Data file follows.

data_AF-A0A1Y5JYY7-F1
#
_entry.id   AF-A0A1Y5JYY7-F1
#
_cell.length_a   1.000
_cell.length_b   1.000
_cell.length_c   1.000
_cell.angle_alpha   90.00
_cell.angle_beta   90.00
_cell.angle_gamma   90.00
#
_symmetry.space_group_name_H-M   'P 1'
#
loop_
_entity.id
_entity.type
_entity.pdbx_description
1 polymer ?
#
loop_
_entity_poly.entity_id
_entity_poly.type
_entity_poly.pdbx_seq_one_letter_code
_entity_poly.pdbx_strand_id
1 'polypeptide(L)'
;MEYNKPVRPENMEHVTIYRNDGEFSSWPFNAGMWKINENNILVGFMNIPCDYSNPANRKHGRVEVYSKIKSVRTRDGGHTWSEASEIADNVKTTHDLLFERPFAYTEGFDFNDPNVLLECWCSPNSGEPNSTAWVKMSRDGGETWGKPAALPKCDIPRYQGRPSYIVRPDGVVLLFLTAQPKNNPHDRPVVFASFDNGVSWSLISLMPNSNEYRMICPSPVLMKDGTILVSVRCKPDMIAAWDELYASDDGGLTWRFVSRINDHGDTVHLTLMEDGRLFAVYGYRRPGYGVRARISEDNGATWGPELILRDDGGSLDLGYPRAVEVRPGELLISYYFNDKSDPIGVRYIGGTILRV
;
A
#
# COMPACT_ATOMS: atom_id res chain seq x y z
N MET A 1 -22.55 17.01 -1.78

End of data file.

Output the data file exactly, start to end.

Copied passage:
data_AF-A0A1Y5JYY7-F1
#
_entry.id   AF-A0A1Y5JYY7-F1
#
_cell.length_a   1.000
_cell.length_b   1.000
_cell.length_c   1.000
_cell.angle_alpha   90.00
_cell.angle_beta   90.00
_cell.angle_gamma   90.00
#
_symmetry.space_group_name_H-M   'P 1'
#
loop_
_entity.id
_entity.type
_entity.pdbx_description
1 polymer ?
#
loop_
_entity_poly.entity_id
_entity_poly.type
_entity_poly.pdbx_seq_one_letter_code
_entity_poly.pdbx_strand_id
1 'polypeptide(L)'
;MEYNKPVRPENMEHVTIYRNDGEFSSWPFNAGMWKINENNILVGFMNIPCDYSNPANRKHGRVEVYSKIKSVRTRDGGHTWSEASEIADNVKTTHDLLFERPFAYTEGFDFNDPNVLLECWCSPNSGEPNSTAWVKMSRDGGETWGKPAALPKCDIPRYQGRPSYIVRPDGVVLLFLTAQPKNNPHDRPVVFASFDNGVSWSLISLMPNSNEYRMICPSPVLMKDGTILVSVRCKPDMIAAWDELYASDDGGLTWRFVSRINDHGDTVHLTLMEDGRLFAVYGYRRPGYGVRARISEDNGATWGPELILRDDGGSLDLGYPRAVEVRPGELLISYYFNDKSDPIGVRYIGGTILRV
;
A
#
# COMPACT_ATOMS: atom_id res chain seq x y z
N MET A 1 -22.55 17.01 -1.78